Tag: Heritage New Zealand Pouhere Taonga

Tauranga archaeology to feature in NZ Archaeology Week (HNZPT Media Release 17.04.2019)

Bay of Plenty archaeologist, Ken Phillips (HNZPT Media Release)

April 17

MEDIA RELEASE

Tauranga archaeology to feature in NZ Archaeology Week

The spotlight will fall on Tauranga’s unique archaeology in two major events taking place in May. 

The events are part of the third annual NZ Archaeology Week – a nationwide celebration of New Zealand’s archaeological heritage which runs from April 24 to May 5. 

People can kick off their exploration of Tauranga’s archaeology by joining well-known Bay of Plenty archaeologist and heritage consultant, Ken Phillips, who will talk about the archaeology of early Te Papa including Otamataha pa – an important site in the history of Tauranga. 

Ken discovered the remains of a trench that runs through the Otamataha pa and will talk about the archaeology of the pa and the surrounding landscape. The public talk is a great opportunity to hear from an archaeologist who has researched, surveyed and investigated this area.

Join Ken Phillips in the Rose Garden (Robbins Park, Cliff Road, Tauranga) at 12.30pm on Thursday May 2 (Bookings not required). 

***

On May 3 Brigid Gallagher – local archaeologist, conservator and presenter on the British TV series Time Teamand host of the New Zealand Choice TV documentary series Heritage Rescue– will present a talk entitled Buried: Life Below the Streets of Tauranga

Brigid, who has directed a number of excavations in Tauranga’s central business district, will focus on the archaeology of the central city – including the site of the Tauranga Hotel (now the Lone Star). 

Brigid Gallagher will speak at the Council Chambers on Friday May 3 at 6pm.

To book for Brigid’s talk, follow the link: 

https://www.eventbrite.co.nz/e/brigid-gallagher-buried-life-below-the-streets-of-tauranga-tickets-59804892042

For more information on either event contact Heritage New Zealand’s Lower Northern office in Tauranga – Ph 07-577-4530 or email infolowernorthern@heritage.org.nz

“Walk and Talks to focus on Northland Archaeology” (HNZPT Media Release 17.04.2017)

April 17

MEDIA RELEASE

Walk and Talks to focus on Northland Archaeology

The spotlight will fall on Northland’s archaeology in two major events taking place in Whangarei on Saturday May 4.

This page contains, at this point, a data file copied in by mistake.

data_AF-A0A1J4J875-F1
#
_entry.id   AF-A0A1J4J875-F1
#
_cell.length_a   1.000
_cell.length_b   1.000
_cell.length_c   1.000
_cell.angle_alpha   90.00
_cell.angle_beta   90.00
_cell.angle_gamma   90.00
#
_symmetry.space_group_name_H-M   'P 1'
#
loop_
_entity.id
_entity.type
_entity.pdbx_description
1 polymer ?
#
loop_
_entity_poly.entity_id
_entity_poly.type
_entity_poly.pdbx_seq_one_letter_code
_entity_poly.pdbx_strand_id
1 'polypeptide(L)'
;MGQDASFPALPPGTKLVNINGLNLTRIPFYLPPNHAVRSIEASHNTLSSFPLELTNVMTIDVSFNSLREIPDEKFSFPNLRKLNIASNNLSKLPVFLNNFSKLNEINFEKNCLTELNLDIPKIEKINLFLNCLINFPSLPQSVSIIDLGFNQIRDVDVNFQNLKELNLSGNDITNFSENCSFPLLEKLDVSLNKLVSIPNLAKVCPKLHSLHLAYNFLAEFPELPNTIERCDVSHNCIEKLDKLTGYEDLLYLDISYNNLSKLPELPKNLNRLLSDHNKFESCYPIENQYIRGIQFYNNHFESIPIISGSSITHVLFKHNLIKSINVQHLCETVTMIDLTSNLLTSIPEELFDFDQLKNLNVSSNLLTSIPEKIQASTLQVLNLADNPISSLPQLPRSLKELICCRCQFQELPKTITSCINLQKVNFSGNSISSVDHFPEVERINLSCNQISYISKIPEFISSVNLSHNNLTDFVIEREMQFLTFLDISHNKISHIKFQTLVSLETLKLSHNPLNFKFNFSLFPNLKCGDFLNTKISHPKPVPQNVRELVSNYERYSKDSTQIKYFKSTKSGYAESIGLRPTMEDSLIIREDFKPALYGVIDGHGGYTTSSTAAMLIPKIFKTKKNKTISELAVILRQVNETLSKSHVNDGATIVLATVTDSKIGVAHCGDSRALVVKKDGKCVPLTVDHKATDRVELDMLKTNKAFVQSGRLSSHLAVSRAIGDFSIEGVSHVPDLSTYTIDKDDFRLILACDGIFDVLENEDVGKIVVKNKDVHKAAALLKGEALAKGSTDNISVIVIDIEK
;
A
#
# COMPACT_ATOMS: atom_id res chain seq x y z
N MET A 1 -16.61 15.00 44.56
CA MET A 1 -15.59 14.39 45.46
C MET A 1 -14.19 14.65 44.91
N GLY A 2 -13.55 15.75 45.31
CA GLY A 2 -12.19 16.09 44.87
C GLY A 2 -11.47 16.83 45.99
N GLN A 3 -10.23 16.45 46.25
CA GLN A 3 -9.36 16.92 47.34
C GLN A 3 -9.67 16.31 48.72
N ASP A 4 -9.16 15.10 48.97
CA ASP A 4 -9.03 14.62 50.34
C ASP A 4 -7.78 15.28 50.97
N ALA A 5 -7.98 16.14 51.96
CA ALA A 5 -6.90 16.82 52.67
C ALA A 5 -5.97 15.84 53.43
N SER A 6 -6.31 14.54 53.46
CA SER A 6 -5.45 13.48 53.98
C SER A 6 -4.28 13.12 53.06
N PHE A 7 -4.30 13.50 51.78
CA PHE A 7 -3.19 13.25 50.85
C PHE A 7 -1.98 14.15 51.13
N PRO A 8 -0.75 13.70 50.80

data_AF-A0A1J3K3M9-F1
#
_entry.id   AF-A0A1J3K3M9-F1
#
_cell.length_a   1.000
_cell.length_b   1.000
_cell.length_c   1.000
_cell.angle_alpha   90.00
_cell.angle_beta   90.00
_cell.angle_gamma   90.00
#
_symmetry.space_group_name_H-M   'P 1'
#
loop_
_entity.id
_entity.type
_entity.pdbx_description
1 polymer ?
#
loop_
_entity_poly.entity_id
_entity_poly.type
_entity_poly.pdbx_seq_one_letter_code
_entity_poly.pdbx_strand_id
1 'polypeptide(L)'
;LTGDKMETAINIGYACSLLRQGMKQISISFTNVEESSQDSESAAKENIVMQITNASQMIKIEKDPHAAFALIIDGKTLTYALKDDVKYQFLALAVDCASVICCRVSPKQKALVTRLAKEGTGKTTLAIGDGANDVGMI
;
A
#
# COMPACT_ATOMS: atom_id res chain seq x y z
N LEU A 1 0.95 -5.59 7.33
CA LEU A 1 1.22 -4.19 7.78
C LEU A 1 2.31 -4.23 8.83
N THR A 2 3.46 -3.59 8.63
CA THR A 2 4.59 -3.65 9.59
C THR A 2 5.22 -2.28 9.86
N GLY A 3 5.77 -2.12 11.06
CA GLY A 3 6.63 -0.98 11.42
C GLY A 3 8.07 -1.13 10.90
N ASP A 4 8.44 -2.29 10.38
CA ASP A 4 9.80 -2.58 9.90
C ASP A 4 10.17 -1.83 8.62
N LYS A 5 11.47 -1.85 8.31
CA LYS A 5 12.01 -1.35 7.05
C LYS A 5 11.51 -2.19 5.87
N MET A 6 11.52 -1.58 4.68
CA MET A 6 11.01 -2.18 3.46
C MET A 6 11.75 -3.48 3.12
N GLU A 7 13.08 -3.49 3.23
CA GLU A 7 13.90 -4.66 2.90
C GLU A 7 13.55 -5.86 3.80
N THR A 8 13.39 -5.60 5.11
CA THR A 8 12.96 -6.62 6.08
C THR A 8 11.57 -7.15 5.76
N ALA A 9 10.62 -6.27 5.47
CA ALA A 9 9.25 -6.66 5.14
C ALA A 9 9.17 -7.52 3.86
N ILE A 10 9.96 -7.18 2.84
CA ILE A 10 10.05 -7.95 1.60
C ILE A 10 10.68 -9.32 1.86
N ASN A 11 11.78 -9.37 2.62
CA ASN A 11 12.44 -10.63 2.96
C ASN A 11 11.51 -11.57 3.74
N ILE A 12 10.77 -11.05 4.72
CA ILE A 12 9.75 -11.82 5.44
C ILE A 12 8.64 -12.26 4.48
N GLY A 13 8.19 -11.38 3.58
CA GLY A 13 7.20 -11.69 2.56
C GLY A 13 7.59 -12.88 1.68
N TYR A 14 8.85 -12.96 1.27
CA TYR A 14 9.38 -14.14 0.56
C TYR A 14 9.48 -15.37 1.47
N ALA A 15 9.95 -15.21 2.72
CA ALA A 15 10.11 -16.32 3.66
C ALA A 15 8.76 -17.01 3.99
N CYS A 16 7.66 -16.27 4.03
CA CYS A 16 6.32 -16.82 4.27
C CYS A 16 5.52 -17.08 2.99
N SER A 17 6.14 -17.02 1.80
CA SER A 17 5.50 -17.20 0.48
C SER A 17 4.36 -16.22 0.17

The events are part of the third annual NZ Archaeology Week – a nationwide celebration of New Zealand’s archaeological heritage which runs from April 24 to May 5. 

People can kick off their exploration of Northland archaeology with the Hatea River Hikoi– a walk ‘n’ talk led by students from Whangarei Boys High School with back-up from Heritage New Zealand’s Northland Manager, Bill Edwards. 

“Students will share what they have learned about the archaeological features of the area,” says Bill Edwards. 

“The features are quite stunning, and include early gardening and habitations, while illustrating how people have changed the landscape over the centuries. It has a very dynamic heritage story, and that’s part of what makes it really exciting. 

“This archaeological landscape is also very close to Whangarei’s CBD which is actually quite a rare thing in an urban setting.”

People interested in enjoying the free walk can gather at Hatea Drive opposite the Discovery Settlers Motel before the walk begins at 10am (look for the flagpole marking the meeting place).

Later that day, a panel of experts will present six talks focusing on different aspects of archaeology at the KiwiNorth Floor Talks, which will take place at 2pm on May 4. Each talk will be about 15 minutes long, including time for questions and answers. The talks will take place at the Vintage Car Club rooms at KiwiNorth (Admission $5 per person).

Floor Talk topics include: